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Chapter 7

2012 - PSY100H1: Chapter 7 - Attention & Memory

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University of Toronto St. George
Ashley Waggoner Denton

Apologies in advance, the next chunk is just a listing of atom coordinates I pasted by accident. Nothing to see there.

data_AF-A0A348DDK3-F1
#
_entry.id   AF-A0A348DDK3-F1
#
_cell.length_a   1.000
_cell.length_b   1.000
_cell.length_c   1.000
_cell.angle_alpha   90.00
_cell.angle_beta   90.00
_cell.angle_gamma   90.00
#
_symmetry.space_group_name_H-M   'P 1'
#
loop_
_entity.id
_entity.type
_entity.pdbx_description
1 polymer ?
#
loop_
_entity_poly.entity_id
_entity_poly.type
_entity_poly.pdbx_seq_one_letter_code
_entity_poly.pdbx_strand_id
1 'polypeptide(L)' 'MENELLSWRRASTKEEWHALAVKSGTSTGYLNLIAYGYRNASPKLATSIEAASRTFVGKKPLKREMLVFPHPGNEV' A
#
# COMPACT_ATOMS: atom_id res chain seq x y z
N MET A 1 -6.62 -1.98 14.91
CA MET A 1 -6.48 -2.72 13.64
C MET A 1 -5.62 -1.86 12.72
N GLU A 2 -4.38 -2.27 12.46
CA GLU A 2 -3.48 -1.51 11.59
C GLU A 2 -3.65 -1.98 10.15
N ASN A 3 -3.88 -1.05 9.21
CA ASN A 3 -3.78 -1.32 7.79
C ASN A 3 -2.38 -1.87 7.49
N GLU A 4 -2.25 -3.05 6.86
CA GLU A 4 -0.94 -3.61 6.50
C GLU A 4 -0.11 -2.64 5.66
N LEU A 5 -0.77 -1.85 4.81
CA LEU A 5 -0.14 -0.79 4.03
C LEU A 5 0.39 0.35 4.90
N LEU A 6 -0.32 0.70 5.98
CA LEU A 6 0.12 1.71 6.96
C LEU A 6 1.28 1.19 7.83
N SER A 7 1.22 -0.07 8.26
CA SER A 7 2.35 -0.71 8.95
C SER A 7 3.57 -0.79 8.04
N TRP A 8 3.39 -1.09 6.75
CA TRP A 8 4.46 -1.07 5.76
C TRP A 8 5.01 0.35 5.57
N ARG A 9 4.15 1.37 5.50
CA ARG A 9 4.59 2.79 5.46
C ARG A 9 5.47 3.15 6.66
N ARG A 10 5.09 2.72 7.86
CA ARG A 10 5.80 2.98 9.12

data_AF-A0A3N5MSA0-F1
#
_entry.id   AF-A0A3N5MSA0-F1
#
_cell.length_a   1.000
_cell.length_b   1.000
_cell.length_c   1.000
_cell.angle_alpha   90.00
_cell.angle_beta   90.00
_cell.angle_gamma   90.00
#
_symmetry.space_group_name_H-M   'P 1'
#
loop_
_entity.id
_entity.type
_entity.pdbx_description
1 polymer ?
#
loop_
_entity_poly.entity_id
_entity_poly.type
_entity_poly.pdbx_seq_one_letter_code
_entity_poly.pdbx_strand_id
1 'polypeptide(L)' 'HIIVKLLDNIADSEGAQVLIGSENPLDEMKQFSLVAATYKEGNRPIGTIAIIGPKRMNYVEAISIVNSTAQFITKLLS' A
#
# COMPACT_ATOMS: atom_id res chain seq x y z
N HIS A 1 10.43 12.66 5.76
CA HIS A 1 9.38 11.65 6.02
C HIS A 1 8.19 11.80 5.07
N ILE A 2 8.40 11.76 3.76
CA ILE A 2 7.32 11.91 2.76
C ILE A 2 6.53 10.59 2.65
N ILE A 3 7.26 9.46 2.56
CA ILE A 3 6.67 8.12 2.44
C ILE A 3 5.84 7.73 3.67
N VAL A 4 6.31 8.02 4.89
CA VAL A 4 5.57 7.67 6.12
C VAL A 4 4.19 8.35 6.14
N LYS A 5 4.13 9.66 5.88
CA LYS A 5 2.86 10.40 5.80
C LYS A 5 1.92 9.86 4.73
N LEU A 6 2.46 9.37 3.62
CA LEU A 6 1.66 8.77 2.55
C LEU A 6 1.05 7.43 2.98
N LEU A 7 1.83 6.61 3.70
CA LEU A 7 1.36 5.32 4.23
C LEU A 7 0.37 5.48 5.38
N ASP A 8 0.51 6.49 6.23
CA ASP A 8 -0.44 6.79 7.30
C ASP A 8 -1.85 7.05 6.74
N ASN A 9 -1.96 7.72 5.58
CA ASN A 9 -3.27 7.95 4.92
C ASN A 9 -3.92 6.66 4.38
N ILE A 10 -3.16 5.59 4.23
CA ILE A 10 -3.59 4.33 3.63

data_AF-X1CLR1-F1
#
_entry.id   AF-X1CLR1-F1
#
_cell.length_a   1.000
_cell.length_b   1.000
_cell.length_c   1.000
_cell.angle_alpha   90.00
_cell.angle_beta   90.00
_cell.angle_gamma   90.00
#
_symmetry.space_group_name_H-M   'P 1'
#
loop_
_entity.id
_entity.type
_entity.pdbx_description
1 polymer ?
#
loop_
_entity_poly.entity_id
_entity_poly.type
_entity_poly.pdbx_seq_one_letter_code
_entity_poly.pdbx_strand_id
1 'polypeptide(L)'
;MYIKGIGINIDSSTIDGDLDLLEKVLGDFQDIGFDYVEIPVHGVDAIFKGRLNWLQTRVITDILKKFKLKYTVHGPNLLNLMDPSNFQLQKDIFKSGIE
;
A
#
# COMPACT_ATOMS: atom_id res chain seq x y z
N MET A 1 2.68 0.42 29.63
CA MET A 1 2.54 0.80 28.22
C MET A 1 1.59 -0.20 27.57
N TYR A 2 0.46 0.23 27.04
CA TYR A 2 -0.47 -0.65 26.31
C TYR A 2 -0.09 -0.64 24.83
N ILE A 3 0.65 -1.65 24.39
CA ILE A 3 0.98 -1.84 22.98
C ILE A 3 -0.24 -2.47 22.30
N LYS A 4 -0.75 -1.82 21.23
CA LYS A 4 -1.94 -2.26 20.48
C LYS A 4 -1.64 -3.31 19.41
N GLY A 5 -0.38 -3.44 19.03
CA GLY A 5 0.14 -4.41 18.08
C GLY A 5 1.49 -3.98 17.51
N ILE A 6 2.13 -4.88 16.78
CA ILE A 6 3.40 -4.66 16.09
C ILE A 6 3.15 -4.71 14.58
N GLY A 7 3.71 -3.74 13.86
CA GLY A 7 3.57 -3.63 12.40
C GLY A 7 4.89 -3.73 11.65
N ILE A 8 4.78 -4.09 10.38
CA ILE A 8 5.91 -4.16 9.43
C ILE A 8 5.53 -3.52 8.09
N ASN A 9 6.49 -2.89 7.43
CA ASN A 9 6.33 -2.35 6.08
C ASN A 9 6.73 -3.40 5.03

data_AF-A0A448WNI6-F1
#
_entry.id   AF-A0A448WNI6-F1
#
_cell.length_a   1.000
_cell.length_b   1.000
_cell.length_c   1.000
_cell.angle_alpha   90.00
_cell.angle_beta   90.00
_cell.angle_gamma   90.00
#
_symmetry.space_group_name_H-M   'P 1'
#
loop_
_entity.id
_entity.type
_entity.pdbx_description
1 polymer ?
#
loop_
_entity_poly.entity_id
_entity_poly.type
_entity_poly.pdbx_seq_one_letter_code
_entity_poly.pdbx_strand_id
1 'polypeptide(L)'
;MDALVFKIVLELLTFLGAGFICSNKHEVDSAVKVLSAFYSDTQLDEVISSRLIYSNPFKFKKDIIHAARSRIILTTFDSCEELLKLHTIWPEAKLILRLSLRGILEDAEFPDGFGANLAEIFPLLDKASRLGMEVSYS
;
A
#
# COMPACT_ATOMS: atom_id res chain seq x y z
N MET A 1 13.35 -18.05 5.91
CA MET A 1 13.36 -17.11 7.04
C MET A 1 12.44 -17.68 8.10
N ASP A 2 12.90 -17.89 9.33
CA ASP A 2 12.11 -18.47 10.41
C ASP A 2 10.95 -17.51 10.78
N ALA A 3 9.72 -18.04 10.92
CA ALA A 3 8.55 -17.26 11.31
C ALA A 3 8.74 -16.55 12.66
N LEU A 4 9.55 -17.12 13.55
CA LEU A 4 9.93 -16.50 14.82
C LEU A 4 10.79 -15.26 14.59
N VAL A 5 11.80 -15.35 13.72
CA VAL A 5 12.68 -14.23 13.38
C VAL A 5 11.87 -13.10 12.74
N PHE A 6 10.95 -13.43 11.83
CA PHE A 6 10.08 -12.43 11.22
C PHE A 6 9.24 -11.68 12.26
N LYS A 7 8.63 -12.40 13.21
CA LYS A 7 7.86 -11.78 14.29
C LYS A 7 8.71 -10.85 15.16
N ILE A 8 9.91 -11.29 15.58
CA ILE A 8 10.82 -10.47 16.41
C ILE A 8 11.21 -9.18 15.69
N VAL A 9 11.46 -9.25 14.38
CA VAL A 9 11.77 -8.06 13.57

Chapter7–Attention&Memory How Does Attention Determine Memory? Visual Processing  Parallel Processing – processing information at the same time  Serial Processing – processing one trait, then another Auditory Processing  Cocktail party phenomenon – A pertinent stimulus can draw attention away from a conversation  Shadowing – Participant receives 2 different messages but repeats only one. o The participant hears both but only remembers one o Still processes both messages Selective Attention Can Operate at Multiple Stages of Processing  Filter Theory – people have limited capacity for sensory info, and screen incoming info, only the most important get through o Attention is like a gate o Some stimuli are inherently more important, (pain or emotion)  Change Blindness – Failure to recognize notice large changes in environment o Giving instructions to stranger, we don’t care what they look like, so we don’t pay attention, so we don’t encode his face, so we don’t remember what he looks like What are the Basic Stages of Memory?  3 phases – Encoding, Storage, Retrieval o Encoding – Processing information for storage o Storage – Putting the encoded info away for a length of time o Retrieval – Recalling or remembering the stored info and using it  Modal Memory Model – The three stage memory system that involves sensory, short-term, & long term memory Sensory memory  Sensory Memory – Brief, lasts less than a second, tied to the sensory system o The time it takes to name a few letters causes to the forgetting of the others  Allows us to see the world as continuous Working Memory  Short-term memory – Limited Capacity memory holds awareness for a few seconds o Memory is lost if not saved onto long-term memory o Memory stays if the information is repeated o Capacity improves by chunking (break info into chunks) o 4 components – Episodic Buffer, Central Executive, Phonological Loop, Visuospatial Sketchpad  Central Executive – the control board, monitors the other components  Phonological loop – memory from hearing & repeating words  Visuospatial Sketchpad – Object’s features, and location  Episodic Buffer – Information about self Long Term Memory  Long – Term Memory – Permanent Storage of Information  Serial Position Effect – The position of an item on a list affects the ability to recall it o Primacy effect – better ability to recall things at the beginning of a list  The rehearsal of earlier items transfers them into Long Term Memory o Recency Effect – Better ability to recall things at the end of a list  The recent items are clear and in the Working Memory What Gets into Long Term memory?  Rehearsal – Repeating the same thing over and over = permanent o Overlearning – rehearsing things you already know well over long period of time o Distributed practice – multiple sessions where practice occurs o Massed practice – cramming  Information that is relevant to our environment is transferred to long-term memory o E.g: Remembering quarter is money and recognizing it is more important than being able to recall the features. The ability to recall features becomes important if you often receive fake quarters. (the environment determines whether you remember it or not) What are the Different Long-Term Memory Systems?  Prospective memory – future oriented; remember to do something in the future  Some long-term memories need effort for retrieval , some are just natural (riding bike) Explicit Memories (remembering specific info)  Requires an effort  Declarative Memory – Knowledge that can be declared  Episodic Memory – Memory from personal past  Semantic Memory – Knowledge of the world Implicit Memories (Unconscious memories)  Influences life in subtle ways o Attitudes (you like someone but you don’t know why)  False Fame Effect – Remembering hearing a name causes belief that the name is famous  Repetition priming – improvement in identifying or processing a stimulus experienced before  Procedural Memory – Riding a bike (motor skill) How is Information Organized in Long-Term Memory? Long-term memory stored by meaning  Levels of Processing Model – deeper encoding = more meaning and easier remembrance  Maintenance Rehearsal – s
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